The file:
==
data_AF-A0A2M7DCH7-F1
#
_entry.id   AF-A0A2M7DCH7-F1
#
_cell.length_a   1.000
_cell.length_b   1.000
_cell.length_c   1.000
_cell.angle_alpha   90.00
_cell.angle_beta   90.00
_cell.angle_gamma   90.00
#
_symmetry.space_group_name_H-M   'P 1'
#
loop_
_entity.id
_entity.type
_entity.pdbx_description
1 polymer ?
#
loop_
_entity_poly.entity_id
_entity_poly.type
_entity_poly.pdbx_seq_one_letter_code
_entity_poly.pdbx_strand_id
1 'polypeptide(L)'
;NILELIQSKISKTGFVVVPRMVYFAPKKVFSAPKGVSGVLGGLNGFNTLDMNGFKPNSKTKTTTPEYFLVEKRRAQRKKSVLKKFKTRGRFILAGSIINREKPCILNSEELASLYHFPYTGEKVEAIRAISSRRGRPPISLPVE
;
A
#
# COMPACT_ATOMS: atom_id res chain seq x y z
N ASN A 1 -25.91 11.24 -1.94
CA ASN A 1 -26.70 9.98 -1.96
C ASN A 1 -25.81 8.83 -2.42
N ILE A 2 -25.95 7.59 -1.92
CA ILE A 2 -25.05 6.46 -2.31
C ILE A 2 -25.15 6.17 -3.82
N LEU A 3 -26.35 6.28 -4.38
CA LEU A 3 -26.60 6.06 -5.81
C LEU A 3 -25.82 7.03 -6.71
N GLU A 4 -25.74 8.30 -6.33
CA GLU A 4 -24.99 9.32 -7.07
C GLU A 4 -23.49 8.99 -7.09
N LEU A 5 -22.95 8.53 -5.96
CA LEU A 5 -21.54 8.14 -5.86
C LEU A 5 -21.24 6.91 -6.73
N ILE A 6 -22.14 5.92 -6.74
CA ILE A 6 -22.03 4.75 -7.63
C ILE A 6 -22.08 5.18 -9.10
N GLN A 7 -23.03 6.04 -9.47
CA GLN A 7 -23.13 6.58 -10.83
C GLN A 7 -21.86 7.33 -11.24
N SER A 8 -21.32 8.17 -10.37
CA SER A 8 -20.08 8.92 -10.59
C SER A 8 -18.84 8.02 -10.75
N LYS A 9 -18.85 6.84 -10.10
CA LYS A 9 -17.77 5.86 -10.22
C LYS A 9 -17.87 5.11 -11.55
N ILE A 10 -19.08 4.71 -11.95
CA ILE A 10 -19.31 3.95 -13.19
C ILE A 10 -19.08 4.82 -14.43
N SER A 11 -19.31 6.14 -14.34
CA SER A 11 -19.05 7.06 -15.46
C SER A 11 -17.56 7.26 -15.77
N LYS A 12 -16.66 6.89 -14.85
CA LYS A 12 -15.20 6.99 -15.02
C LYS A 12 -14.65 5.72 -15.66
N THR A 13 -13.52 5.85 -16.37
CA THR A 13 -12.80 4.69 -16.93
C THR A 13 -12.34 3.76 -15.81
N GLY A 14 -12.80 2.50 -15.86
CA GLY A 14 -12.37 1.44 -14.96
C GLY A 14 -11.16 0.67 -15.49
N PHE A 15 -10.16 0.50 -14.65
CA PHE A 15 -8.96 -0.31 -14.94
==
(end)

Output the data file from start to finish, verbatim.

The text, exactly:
data_AF-A0A2M7DCH7-F1
#
_entry.id   AF-A0A2M7DCH7-F1
#
_cell.length_a   1.000
_cell.length_b   1.000
_cell.length_c   1.000
_cell.angle_alpha   90.00
_cell.angle_beta   90.00
_cell.angle_gamma   90.00
#
_symmetry.space_group_name_H-M   'P 1'
#
loop_
_entity.id
_entity.type
_entity.pdbx_description
1 polymer ?
#
loop_
_entity_poly.entity_id
_entity_poly.type
_entity_poly.pdbx_seq_one_letter_code
_entity_poly.pdbx_strand_id
1 'polypeptide(L)'
;NILELIQSKISKTGFVVVPRMVYFAPKKVFSAPKGVSGVLGGLNGFNTLDMNGFKPNSKTKTTTPEYFLVEKRRAQRKKSVLKKFKTRGRFILAGSIINREKPCILNSEELASLYHFPYTGEKVEAIRAISSRRGRPPISLPVE
;
A
#
# COMPACT_ATOMS: atom_id res chain seq x y z
N ASN A 1 -25.91 11.24 -1.94
CA ASN A 1 -26.70 9.98 -1.96
C ASN A 1 -25.81 8.83 -2.42
N ILE A 2 -25.95 7.59 -1.92
CA ILE A 2 -25.05 6.46 -2.31
C ILE A 2 -25.15 6.17 -3.82
N LEU A 3 -26.35 6.28 -4.38
CA LEU A 3 -26.60 6.06 -5.81
C LEU A 3 -25.82 7.03 -6.71
N GLU A 4 -25.74 8.30 -6.33
CA GLU A 4 -24.99 9.32 -7.07
C GLU A 4 -23.49 8.99 -7.09
N LEU A 5 -22.95 8.53 -5.96
CA LEU A 5 -21.54 8.14 -5.86
C LEU A 5 -21.24 6.91 -6.73
N ILE A 6 -22.14 5.92 -6.74
CA ILE A 6 -22.03 4.75 -7.63
C ILE A 6 -22.08 5.18 -9.10
N GLN A 7 -23.03 6.04 -9.47
CA GLN A 7 -23.13 6.58 -10.83
C GLN A 7 -21.86 7.33 -11.24
N SER A 8 -21.32 8.17 -10.37
CA SER A 8 -20.08 8.92 -10.59
C SER A 8 -18.84 8.02 -10.75
N LYS A 9 -18.85 6.84 -10.10
CA LYS A 9 -17.77 5.86 -10.22
C LYS A 9 -17.87 5.11 -11.55
N ILE A 10 -19.08 4.71 -11.95
CA ILE A 10 -19.31 3.95 -13.19
C ILE A 10 -19.08 4.82 -14.43
N SER A 11 -19.31 6.14 -14.34
CA SER A 11 -19.05 7.06 -15.46
C SER A 11 -17.56 7.26 -15.77
N LYS A 12 -16.66 6.89 -14.85
CA LYS A 12 -15.20 6.99 -15.02
C LYS A 12 -14.65 5.72 -15.66
N THR A 13 -13.52 5.85 -16.37
CA THR A 13 -12.80 4.69 -16.93
C THR A 13 -12.34 3.76 -15.81
N GLY A 14 -12.80 2.50 -15.86
CA GLY A 14 -12.37 1.44 -14.96
C GLY A 14 -11.16 0.67 -15.49
N PHE A 15 -10.16 0.50 -14.65
CA PHE A 15 -8.96 -0.31 -14.94